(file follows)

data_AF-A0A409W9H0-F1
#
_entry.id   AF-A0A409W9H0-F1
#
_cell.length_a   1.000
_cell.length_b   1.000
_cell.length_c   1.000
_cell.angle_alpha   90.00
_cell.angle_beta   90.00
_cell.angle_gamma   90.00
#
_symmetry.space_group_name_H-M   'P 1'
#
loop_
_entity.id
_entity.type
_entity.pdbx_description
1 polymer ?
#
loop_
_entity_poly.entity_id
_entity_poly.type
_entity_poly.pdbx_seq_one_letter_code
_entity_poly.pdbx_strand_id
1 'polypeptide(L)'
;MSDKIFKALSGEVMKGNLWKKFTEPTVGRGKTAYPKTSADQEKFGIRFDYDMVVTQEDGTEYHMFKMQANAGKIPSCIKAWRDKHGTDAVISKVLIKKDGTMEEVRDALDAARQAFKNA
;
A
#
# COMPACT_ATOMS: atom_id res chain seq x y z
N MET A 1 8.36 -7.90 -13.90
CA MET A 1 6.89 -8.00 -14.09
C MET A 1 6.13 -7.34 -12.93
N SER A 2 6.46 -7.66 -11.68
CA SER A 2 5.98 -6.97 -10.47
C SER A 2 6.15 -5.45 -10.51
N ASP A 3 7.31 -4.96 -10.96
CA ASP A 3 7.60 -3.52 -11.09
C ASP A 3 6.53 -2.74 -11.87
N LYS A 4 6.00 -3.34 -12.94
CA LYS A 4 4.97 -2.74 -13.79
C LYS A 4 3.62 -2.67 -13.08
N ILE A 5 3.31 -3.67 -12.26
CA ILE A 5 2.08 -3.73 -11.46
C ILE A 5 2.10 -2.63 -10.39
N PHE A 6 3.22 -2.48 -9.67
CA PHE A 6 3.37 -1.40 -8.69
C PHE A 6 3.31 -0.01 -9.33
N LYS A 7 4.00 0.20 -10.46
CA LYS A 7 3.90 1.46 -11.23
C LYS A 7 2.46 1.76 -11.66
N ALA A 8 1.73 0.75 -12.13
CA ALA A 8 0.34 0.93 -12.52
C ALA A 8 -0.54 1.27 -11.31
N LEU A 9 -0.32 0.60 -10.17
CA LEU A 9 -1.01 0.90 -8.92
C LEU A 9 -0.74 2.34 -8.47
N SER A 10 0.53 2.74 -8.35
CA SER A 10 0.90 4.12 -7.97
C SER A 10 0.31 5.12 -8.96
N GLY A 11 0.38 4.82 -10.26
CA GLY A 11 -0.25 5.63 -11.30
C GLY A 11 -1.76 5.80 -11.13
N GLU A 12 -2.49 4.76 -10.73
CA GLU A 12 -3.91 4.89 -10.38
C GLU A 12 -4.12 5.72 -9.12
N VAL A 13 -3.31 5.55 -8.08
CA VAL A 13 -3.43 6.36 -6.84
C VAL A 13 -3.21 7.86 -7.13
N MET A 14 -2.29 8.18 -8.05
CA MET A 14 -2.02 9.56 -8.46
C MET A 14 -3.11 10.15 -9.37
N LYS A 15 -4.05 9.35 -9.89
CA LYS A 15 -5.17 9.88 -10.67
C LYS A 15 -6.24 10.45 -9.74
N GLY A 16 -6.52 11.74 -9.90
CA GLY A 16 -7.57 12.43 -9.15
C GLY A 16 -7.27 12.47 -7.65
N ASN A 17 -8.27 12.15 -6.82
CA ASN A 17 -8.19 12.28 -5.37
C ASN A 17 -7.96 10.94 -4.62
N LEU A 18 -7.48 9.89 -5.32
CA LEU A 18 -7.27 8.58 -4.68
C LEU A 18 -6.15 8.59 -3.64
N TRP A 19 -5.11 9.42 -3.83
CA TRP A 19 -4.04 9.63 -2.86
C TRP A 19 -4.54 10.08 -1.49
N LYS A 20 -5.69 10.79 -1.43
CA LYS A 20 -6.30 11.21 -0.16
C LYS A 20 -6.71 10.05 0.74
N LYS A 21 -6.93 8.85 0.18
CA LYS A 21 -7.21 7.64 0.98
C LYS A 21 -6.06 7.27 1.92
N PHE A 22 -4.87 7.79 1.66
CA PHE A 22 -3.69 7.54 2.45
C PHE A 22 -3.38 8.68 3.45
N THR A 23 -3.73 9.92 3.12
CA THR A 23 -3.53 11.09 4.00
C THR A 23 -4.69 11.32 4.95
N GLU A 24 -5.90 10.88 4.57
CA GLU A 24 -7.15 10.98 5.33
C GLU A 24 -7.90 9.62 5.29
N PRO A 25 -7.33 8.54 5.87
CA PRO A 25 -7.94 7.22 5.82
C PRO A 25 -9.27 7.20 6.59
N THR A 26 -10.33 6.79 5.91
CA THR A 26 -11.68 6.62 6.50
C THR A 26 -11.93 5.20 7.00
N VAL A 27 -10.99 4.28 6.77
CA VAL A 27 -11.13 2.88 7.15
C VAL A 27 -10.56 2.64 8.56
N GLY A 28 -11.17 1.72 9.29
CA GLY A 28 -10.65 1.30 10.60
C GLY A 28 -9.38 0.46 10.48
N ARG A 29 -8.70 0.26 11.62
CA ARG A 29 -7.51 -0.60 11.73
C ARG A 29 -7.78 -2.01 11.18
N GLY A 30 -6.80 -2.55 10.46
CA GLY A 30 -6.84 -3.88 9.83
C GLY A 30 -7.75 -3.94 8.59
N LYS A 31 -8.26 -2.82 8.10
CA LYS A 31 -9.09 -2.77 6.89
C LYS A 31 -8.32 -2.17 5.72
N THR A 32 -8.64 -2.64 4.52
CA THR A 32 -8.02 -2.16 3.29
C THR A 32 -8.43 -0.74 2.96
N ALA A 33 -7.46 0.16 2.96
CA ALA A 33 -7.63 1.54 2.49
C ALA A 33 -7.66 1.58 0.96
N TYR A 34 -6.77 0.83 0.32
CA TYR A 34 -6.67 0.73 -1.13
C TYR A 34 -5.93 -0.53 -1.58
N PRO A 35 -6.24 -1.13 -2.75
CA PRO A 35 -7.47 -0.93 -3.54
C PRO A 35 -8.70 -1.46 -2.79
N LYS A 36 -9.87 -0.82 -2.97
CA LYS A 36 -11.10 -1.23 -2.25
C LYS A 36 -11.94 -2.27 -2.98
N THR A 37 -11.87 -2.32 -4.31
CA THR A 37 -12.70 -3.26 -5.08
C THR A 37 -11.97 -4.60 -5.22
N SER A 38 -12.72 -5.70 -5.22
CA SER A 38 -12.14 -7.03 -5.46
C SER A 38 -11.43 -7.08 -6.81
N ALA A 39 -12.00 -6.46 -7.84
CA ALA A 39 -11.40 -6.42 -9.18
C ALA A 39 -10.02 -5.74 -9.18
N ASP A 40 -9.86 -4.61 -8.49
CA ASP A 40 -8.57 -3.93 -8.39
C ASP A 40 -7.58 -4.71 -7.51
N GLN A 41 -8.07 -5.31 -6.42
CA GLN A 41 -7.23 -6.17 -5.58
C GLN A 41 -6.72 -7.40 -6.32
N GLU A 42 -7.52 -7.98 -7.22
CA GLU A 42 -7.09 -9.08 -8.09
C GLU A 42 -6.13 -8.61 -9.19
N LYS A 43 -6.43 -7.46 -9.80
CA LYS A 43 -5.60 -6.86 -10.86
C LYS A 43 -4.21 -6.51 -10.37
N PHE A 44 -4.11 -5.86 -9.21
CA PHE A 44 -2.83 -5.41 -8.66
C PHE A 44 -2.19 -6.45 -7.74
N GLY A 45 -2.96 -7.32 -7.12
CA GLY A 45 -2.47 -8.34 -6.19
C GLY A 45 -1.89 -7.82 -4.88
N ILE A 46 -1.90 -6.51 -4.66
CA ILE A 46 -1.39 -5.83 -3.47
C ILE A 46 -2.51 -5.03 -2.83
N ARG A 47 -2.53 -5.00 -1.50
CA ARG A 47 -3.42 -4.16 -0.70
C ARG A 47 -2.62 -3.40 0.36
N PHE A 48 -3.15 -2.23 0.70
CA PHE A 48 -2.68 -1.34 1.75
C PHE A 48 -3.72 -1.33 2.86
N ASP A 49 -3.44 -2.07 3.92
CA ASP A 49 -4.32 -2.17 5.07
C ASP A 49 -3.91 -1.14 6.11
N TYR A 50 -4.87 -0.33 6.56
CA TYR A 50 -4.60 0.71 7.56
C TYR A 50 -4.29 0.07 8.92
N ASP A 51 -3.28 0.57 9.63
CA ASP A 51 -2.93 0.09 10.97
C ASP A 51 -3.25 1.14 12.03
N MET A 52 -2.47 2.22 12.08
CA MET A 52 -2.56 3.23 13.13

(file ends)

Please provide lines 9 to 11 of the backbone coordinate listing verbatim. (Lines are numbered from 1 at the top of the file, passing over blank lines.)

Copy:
_cell.angle_beta   90.00
_cell.angle_gamma   90.00
#